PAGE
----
Lumbar Spinal Stenosis Can Be a Pain!

Becky Buegel, RHIA, CDIP, CHP Medical Coding Leave a Comment

Lumbar Spinal Stenosis Can Be a Pain!

Lumbar spinal stenosis can be a pain in the – um, rump, to be polite. While causing pain in other areas of the spine, the most common area is the lower back. Lumbar spinal stenosis, or for the sake of expediency in this blog, LSS, occurs when the space inside the vertebrae is too small; the narrowed space puts pressure on the spinal cord and nerves.

Though LSS often causes no symptoms, when it does, they start slowly and worsen over time. Symptoms depend on the part of the spine that is affected.

LSS symptoms include, among other things:

  • Back pain, cramping in either/both legs that range from a dull ache to an electric-like/burning sensation
  • Heaviness in legs
  • Cramping
  • Sciatic pain
  • “Pins and needles” in buttocks, leg(s), or foot/feet
  • Pain that worsens while standing
  • Bladder and/or bowel dysfunction


Causes are many, though whatever causes LSS changes the structure of the spine, narrowing the space and putting pressure on the spinal cord and nerves. Common causes include:

  • Osteoarthritis
  • Bulging/herniated intervertebral disks
  • Thickened ligaments that hold the spine together
  • Spinal fractures/injuries
  • Spinal cord cysts or tumors
  • Paget’s disease
  • Congenital spinal stenosis


LSS is diagnosed after examination by a healthcare professional who reviews the patient’s medical history, symptoms, and performs a physical exam. Imaging tests are also part of the diagnostic process, as they allow the provider to determine the location and extent of the problem. Common studies include:

  • X-rays – reveals changes in bone structure like loss of disk height and bone spurs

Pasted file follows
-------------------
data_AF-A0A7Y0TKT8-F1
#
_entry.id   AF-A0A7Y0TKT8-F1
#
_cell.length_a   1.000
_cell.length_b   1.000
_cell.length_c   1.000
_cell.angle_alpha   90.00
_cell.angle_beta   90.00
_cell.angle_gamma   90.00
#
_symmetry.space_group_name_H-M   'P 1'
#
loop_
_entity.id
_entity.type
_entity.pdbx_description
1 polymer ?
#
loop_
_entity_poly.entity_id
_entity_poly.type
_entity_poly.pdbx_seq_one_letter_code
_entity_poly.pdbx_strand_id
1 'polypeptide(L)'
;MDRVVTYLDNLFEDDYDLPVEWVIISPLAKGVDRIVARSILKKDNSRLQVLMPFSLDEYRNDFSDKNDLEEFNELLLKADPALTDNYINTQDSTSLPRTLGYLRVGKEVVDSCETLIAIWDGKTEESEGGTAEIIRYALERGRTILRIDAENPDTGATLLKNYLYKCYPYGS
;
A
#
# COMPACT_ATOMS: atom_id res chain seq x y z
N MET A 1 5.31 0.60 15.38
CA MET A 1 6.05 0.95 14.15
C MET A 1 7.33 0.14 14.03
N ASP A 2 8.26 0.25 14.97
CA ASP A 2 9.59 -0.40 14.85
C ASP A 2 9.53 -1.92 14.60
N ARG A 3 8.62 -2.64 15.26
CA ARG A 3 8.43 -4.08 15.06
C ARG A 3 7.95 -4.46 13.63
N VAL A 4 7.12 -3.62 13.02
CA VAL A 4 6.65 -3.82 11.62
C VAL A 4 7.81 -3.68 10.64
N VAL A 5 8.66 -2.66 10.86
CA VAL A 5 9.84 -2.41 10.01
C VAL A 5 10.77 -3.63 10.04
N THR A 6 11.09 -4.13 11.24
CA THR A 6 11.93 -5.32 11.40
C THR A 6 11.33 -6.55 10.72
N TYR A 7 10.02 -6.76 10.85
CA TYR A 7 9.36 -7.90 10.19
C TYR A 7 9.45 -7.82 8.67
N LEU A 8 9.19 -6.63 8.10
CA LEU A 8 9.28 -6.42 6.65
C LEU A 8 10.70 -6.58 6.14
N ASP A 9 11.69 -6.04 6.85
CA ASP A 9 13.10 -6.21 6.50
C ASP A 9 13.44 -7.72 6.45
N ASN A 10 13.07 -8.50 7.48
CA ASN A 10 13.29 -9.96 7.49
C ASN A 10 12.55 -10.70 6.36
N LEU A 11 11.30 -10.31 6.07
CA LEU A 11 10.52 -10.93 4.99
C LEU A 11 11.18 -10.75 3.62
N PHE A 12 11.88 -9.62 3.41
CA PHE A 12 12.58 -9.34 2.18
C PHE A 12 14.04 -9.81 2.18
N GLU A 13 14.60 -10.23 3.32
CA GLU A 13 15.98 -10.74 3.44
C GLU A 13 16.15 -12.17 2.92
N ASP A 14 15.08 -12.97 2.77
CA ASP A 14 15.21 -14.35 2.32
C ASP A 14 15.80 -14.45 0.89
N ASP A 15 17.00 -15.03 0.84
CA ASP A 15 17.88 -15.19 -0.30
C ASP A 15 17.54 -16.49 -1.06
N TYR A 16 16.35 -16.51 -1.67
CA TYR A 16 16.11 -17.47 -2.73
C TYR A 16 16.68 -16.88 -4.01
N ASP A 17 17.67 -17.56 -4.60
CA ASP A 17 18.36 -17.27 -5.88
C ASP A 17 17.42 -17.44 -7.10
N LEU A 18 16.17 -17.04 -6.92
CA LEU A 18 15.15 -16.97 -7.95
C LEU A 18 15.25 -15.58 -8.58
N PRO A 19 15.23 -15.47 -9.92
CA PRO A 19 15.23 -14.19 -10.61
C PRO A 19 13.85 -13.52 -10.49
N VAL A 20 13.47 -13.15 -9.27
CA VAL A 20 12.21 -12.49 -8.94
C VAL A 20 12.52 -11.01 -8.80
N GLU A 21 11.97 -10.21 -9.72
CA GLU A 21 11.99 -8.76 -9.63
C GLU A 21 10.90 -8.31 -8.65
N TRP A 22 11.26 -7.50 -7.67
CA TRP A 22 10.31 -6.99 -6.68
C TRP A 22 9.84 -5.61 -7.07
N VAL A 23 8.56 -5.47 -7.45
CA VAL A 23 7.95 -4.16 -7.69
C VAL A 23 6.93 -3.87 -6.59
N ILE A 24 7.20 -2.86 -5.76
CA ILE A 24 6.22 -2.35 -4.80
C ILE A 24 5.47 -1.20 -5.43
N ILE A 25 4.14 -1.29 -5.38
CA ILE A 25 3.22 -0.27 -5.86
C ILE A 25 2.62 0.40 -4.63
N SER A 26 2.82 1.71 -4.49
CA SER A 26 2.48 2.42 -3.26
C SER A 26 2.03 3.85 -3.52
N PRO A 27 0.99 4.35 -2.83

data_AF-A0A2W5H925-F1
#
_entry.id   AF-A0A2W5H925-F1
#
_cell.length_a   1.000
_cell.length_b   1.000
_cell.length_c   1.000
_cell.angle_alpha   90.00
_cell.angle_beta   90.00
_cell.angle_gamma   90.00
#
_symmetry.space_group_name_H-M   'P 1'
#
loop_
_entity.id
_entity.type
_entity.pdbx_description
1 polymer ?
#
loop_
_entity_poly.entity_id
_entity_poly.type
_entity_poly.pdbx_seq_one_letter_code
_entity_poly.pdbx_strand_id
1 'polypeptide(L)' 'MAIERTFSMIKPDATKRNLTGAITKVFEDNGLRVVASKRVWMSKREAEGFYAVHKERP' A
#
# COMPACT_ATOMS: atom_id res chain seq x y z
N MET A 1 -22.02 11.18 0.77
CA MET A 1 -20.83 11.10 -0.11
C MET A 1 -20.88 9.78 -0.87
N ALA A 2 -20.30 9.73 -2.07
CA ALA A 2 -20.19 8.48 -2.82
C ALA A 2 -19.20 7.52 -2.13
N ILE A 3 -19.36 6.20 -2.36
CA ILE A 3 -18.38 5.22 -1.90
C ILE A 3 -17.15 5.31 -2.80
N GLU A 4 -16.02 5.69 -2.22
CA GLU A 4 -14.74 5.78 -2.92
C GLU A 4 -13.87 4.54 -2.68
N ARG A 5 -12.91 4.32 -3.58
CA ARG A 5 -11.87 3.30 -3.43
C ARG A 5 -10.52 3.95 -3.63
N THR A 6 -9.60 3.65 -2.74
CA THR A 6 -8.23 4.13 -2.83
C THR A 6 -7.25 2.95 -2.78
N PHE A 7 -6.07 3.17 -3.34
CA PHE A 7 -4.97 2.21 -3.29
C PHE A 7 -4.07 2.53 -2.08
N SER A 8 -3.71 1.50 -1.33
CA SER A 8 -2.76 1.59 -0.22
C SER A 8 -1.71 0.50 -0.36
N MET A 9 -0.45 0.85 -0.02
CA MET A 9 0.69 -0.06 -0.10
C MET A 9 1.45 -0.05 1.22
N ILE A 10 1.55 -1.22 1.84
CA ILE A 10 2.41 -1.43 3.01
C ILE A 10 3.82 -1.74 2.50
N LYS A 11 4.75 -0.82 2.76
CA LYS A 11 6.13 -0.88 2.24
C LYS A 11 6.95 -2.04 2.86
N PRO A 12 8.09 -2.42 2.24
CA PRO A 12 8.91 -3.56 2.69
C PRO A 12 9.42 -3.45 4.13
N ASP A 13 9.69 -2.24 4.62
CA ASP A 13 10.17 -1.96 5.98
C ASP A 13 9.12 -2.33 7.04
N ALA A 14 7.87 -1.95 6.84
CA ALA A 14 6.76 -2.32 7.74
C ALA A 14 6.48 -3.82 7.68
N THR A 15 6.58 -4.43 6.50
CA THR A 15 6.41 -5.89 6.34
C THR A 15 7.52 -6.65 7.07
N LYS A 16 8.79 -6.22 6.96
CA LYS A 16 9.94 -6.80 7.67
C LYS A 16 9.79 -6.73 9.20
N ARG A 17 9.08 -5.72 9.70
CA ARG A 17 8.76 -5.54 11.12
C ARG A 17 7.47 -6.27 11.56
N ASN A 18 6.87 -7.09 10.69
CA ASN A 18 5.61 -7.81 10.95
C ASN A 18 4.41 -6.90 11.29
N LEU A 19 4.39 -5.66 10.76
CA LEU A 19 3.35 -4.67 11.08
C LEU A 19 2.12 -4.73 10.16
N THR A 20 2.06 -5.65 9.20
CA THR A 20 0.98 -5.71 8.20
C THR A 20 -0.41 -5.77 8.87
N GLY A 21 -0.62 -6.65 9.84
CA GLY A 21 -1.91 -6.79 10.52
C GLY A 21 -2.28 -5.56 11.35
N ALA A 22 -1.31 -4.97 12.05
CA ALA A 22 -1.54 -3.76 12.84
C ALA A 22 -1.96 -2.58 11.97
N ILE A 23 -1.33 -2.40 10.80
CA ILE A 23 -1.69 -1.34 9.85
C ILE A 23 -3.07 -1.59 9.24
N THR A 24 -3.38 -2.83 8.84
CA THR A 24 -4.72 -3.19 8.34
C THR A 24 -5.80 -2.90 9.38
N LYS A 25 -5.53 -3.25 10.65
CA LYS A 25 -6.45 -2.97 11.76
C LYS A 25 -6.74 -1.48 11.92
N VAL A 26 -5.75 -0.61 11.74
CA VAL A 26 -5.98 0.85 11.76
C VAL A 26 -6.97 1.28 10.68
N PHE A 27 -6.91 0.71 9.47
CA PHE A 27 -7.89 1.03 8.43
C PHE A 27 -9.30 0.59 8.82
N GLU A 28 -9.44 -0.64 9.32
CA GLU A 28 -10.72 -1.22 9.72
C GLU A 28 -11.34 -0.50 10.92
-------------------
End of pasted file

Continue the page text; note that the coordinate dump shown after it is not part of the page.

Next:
• MRI – provides detailed images of the nerves, disks, and spinal cord, along with the presence of any tumors
  • CT/CT myelogram – creates cross-sectional images of the spine. A CT myelogram allows more clear images of the spinal cord and nerves

Treatments for LSS

Traditionally, non-surgical treatments include:

  • Oral medications like NSAIDs
  • Acupuncture
  • Chiropractic manipulation
  • PT
  • Epidural and/or steroid Injections

Minimally-invasive treatments for LSS include:

  • MILD®/PILD – Percutaneous Image-guided Lumbar Decompression/Minimally Invasive Lumbar Decompression - Requiring no general anesthesia, or stitches, the procedure includes injecting a contrast agent; special tools remove a section of thickened ligament, reducing compression on nerve roots. Patients are usually discharged several hours post-procedure. PT is prescribed to aid in strengthening weakened musculature.
  • Vertiflex™ Procedure – A titanium spacer is implanted via image guidance through a tiny tube in the lower back. Once inserted, the spacer’s arms open around the spinous process of the lumbar spine to lock the device in place, thus creating and maintaining space for affected nerves, and relieving pressure that causes pain.

Though usually considered last, surgical treatments include:

  • Laminectomy
  • Laminotomy
  • Foraminotomy
  • Spinal fusion

In Conclusion

No matter the cause, LSS can be very painful for patients afflicted with this diagnosis. Treatment options depend on the specifics of the actual stenosis. Typically, if conservative treatments fail to correct lumbar spinal stenosis, there are both minimally invasive treatment options and more invasive surgeries that can be considered.

See attached charts for LSS diagnoses and procedure codes. The Medicare Coverage Information offers detailed information on coding and billing for the minimally-invasive treatments.

ICD-10-CM Lumbar Region Spinal Stenosis Codes 




Spinal stenosis, lumbar region without neurogenic claudication

Spinal stenosis, lumbar region NOS


Spinal stenosis, lumbar region with neurogenic claudication

Lumbar Region Spinal Procedure Codes 








Vertiflex™ Procedure

Insertion of Internal Fixation Device into Lumbar Vertebra, Percutaneous Endoscopic Approach




Percutaneous laminotomy/ laminectomy (interlaminar approach) for decompression of neural elements, (with or without ligamentous resection, discectomy, facetectomy and/or foraminotomy), any method, under indirect image guidance (eg, fluoroscopic, CT), single or multiple levels, unilateral or bilateral; lumbar

Spinal Stenosis References:


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